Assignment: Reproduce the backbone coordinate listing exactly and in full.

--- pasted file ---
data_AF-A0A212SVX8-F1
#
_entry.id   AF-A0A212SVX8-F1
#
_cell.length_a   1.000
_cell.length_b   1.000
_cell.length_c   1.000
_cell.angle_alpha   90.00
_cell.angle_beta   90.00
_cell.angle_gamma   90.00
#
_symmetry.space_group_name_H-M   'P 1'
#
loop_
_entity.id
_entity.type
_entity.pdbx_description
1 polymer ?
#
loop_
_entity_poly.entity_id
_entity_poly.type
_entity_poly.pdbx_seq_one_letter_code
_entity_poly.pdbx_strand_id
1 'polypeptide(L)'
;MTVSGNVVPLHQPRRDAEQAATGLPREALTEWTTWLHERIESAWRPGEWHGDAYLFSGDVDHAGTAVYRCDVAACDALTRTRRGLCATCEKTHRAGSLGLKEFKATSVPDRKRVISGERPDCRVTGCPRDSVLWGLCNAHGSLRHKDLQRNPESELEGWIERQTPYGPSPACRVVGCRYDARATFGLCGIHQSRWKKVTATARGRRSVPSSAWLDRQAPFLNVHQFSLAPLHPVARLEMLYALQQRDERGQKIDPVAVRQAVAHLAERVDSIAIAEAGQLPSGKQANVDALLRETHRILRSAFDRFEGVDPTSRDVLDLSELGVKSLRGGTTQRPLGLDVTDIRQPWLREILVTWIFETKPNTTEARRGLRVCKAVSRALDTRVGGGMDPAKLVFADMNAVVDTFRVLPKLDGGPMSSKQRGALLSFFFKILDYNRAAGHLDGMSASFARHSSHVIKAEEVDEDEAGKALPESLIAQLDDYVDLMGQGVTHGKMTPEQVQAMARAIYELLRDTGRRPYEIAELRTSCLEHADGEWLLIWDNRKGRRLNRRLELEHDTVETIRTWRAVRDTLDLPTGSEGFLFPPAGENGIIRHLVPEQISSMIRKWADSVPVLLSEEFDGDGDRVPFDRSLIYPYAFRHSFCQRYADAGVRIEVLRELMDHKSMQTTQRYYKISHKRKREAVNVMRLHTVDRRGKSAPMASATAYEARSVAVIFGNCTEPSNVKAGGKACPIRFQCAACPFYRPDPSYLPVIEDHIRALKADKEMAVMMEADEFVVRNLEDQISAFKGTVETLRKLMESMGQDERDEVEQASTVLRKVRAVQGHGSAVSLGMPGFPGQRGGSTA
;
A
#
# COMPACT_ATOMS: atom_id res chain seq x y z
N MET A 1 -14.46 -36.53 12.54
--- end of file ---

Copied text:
data_AF-A0A212SVX8-F1
#
_entry.id   AF-A0A212SVX8-F1
#
_cell.length_a   1.000
_cell.length_b   1.000
_cell.length_c   1.000
_cell.angle_alpha   90.00
_cell.angle_beta   90.00
_cell.angle_gamma   90.00
#
_symmetry.space_group_name_H-M   'P 1'
#
loop_
_entity.id
_entity.type
_entity.pdbx_description
1 polymer ?
#
loop_
_entity_poly.entity_id
_entity_poly.type
_entity_poly.pdbx_seq_one_letter_code
_entity_poly.pdbx_strand_id
1 'polypeptide(L)'
;MTVSGNVVPLHQPRRDAEQAATGLPREALTEWTTWLHERIESAWRPGEWHGDAYLFSGDVDHAGTAVYRCDVAACDALTRTRRGLCATCEKTHRAGSLGLKEFKATSVPDRKRVISGERPDCRVTGCPRDSVLWGLCNAHGSLRHKDLQRNPESELEGWIERQTPYGPSPACRVVGCRYDARATFGLCGIHQSRWKKVTATARGRRSVPSSAWLDRQAPFLNVHQFSLAPLHPVARLEMLYALQQRDERGQKIDPVAVRQAVAHLAERVDSIAIAEAGQLPSGKQANVDALLRETHRILRSAFDRFEGVDPTSRDVLDLSELGVKSLRGGTTQRPLGLDVTDIRQPWLREILVTWIFETKPNTTEARRGLRVCKAVSRALDTRVGGGMDPAKLVFADMNAVVDTFRVLPKLDGGPMSSKQRGALLSFFFKILDYNRAAGHLDGMSASFARHSSHVIKAEEVDEDEAGKALPESLIAQLDDYVDLMGQGVTHGKMTPEQVQAMARAIYELLRDTGRRPYEIAELRTSCLEHADGEWLLIWDNRKGRRLNRRLELEHDTVETIRTWRAVRDTLDLPTGSEGFLFPPAGENGIIRHLVPEQISSMIRKWADSVPVLLSEEFDGDGDRVPFDRSLIYPYAFRHSFCQRYADAGVRIEVLRELMDHKSMQTTQRYYKISHKRKREAVNVMRLHTVDRRGKSAPMASATAYEARSVAVIFGNCTEPSNVKAGGKACPIRFQCAACPFYRPDPSYLPVIEDHIRALKADKEMAVMMEADEFVVRNLEDQISAFKGTVETLRKLMESMGQDERDEVEQASTVLRKVRAVQGHGSAVSLGMPGFPGQRGGSTA
;
A
#
# COMPACT_ATOMS: atom_id res chain seq x y z
N MET A 1 -14.46 -36.53 12.54